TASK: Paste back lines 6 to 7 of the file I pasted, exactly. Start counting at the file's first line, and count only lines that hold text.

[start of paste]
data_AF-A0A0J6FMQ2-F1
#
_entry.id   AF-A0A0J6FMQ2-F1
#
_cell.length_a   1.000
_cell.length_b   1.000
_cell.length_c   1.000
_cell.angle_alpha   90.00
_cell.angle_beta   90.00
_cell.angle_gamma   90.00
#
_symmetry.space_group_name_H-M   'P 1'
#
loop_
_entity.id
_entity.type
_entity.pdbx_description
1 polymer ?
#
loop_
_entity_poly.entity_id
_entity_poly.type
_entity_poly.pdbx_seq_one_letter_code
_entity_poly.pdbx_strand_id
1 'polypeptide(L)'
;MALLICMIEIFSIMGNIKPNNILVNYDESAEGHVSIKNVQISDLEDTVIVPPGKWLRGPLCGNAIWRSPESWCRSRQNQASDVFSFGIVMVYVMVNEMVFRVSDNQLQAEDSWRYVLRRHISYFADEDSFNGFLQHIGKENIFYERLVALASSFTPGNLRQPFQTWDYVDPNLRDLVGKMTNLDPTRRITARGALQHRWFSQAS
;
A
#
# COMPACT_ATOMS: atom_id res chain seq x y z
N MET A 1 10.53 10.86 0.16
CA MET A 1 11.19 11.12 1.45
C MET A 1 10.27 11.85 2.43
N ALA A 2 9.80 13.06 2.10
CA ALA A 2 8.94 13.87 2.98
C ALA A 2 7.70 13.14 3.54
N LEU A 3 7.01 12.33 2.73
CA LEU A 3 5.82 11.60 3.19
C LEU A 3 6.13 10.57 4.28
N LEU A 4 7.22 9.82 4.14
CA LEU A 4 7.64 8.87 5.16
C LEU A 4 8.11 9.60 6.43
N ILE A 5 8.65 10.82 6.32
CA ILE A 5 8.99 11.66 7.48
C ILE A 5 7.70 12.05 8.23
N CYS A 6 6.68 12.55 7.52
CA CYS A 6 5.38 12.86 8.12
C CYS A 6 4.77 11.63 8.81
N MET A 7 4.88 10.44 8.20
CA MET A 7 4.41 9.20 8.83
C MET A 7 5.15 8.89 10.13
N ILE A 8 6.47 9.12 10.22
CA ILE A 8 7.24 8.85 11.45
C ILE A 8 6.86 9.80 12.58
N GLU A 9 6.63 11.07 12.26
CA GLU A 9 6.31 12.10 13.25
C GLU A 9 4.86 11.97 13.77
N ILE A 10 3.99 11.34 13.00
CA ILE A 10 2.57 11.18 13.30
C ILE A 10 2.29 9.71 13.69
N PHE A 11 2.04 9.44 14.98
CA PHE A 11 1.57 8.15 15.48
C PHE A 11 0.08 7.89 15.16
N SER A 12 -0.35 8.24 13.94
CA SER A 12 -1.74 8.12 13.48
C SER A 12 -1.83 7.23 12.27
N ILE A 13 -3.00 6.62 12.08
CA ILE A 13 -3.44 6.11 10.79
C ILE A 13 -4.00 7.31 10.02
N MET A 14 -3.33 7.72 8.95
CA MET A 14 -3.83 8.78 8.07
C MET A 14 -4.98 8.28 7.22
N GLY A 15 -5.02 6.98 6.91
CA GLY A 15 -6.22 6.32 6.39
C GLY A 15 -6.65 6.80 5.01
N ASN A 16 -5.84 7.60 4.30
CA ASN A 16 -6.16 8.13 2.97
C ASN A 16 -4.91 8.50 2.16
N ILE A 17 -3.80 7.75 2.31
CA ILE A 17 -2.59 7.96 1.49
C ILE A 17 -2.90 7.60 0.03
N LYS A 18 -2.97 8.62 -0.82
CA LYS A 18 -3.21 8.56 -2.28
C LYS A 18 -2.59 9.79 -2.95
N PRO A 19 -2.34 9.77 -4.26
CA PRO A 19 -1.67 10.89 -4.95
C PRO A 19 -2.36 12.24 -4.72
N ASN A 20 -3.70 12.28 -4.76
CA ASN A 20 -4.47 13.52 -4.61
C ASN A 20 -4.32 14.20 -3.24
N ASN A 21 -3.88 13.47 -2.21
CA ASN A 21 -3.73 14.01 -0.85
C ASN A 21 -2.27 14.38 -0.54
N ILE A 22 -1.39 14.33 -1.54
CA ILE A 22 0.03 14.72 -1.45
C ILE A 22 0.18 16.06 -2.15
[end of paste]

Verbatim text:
_cell.length_b   1.000
_cell.length_c   1.000